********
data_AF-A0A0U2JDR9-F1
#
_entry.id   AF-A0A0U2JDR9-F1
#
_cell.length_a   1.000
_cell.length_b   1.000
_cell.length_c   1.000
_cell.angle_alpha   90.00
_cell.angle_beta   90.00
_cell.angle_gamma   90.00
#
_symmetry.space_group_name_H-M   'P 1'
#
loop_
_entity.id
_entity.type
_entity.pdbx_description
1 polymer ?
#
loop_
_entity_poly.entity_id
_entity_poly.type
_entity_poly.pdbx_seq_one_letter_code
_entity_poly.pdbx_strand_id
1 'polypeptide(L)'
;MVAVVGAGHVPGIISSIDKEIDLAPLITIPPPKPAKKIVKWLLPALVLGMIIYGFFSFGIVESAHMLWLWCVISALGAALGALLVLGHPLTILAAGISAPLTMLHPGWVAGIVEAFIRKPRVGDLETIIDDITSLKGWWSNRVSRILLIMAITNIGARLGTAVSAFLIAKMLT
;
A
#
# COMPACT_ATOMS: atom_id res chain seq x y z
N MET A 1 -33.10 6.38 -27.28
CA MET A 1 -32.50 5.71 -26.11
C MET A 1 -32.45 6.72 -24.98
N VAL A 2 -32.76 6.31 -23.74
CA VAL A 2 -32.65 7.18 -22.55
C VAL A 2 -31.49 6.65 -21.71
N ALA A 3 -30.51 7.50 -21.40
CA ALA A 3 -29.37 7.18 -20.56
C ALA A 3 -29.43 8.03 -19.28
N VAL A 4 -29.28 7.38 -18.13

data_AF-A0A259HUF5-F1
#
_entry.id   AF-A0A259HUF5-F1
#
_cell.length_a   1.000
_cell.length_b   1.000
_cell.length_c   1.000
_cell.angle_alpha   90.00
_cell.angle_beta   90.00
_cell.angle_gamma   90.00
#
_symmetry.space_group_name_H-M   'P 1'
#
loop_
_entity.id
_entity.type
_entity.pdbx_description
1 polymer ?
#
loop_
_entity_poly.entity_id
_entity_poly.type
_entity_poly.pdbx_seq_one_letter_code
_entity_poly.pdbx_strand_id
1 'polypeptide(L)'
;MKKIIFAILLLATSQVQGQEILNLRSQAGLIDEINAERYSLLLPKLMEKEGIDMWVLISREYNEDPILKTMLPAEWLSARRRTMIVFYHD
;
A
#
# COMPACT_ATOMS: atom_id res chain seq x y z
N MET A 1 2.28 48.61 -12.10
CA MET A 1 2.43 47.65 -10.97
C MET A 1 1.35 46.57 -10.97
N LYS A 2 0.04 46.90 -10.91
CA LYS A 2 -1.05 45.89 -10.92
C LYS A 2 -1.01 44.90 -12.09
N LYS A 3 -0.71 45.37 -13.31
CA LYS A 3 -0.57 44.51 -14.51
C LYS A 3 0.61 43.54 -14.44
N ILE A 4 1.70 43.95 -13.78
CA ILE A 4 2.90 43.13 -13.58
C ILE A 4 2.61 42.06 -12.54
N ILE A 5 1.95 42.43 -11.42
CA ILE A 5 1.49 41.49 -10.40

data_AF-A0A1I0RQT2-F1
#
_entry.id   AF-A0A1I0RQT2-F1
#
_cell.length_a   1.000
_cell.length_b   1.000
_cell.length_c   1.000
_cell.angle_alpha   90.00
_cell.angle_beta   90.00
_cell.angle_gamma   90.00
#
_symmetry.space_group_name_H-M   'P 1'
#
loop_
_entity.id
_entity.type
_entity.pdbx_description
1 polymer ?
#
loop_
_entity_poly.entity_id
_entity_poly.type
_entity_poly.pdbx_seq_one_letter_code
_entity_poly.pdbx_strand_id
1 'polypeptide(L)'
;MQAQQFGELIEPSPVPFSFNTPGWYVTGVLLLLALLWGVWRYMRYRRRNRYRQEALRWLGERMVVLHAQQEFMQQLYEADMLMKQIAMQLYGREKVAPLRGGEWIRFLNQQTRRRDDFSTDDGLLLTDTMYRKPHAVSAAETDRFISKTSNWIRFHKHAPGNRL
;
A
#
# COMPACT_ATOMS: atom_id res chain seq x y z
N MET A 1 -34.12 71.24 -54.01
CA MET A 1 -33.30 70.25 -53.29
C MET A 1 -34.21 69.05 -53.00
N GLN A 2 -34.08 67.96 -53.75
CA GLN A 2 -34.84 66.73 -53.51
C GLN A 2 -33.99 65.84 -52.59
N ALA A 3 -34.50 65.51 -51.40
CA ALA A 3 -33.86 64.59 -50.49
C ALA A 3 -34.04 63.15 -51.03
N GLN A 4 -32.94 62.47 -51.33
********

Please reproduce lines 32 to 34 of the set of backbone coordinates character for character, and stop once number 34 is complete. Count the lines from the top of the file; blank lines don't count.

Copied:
CA MET A 1 -32.50 5.71 -26.11
C MET A 1 -32.45 6.72 -24.98
N VAL A 2 -32.76 6.31 -23.74